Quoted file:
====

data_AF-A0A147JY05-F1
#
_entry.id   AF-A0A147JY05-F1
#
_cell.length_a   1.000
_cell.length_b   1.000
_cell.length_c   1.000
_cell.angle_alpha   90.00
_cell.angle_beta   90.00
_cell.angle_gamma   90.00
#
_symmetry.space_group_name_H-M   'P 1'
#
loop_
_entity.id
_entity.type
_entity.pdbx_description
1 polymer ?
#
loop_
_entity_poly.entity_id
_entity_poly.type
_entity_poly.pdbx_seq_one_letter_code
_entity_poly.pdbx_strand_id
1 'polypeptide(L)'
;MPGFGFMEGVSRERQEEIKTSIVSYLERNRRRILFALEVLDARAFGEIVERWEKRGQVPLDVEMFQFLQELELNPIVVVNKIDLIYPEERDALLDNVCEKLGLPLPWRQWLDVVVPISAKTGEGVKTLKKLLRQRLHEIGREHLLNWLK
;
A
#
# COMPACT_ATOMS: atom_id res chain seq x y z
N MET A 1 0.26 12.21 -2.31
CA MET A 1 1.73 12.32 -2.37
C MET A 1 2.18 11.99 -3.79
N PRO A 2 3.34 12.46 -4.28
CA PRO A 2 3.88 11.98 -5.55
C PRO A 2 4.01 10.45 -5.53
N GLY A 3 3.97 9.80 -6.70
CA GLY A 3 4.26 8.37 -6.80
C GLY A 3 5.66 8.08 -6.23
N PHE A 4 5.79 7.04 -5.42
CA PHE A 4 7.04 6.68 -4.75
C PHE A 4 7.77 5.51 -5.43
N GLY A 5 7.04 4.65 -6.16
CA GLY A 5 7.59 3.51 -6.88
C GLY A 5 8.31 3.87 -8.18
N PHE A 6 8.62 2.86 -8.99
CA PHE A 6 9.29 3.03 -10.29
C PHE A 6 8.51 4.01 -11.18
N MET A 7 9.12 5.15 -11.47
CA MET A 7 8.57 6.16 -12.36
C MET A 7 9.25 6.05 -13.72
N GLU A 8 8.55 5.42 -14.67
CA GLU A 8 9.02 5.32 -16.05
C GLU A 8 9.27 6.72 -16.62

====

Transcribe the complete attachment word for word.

data_AF-A0A147JY05-F1
#
_entry.id   AF-A0A147JY05-F1
#
_cell.length_a   1.000
_cell.length_b   1.000
_cell.length_c   1.000
_cell.angle_alpha   90.00
_cell.angle_beta   90.00
_cell.angle_gamma   90.00
#
_symmetry.space_group_name_H-M   'P 1'
#
loop_
_entity.id
_entity.type
_entity.pdbx_description
1 polymer ?
#
loop_
_entity_poly.entity_id
_entity_poly.type
_entity_poly.pdbx_seq_one_letter_code
_entity_poly.pdbx_strand_id
1 'polypeptide(L)'
;MPGFGFMEGVSRERQEEIKTSIVSYLERNRRRILFALEVLDARAFGEIVERWEKRGQVPLDVEMFQFLQELELNPIVVVNKIDLIYPEERDALLDNVCEKLGLPLPWRQWLDVVVPISAKTGEGVKTLKKLLRQRLHEIGREHLLNWLK
;
A
#
# COMPACT_ATOMS: atom_id res chain seq x y z
N MET A 1 0.26 12.21 -2.31
CA MET A 1 1.73 12.32 -2.37
C MET A 1 2.18 11.99 -3.79
N PRO A 2 3.34 12.46 -4.28
CA PRO A 2 3.88 11.98 -5.55
C PRO A 2 4.01 10.45 -5.53
N GLY A 3 3.97 9.80 -6.70
CA GLY A 3 4.26 8.37 -6.80
C GLY A 3 5.66 8.08 -6.23
N PHE A 4 5.79 7.04 -5.42
CA PHE A 4 7.04 6.68 -4.75
C PHE A 4 7.77 5.51 -5.43
N GLY A 5 7.04 4.65 -6.16
CA GLY A 5 7.59 3.51 -6.88
C GLY A 5 8.31 3.87 -8.18
N PHE A 6 8.62 2.86 -8.99
CA PHE A 6 9.29 3.03 -10.29
C PHE A 6 8.51 4.01 -11.18
N MET A 7 9.12 5.15 -11.47
CA MET A 7 8.57 6.16 -12.36
C MET A 7 9.25 6.05 -13.72
N GLU A 8 8.55 5.42 -14.67
CA GLU A 8 9.02 5.32 -16.05
C GLU A 8 9.27 6.72 -16.62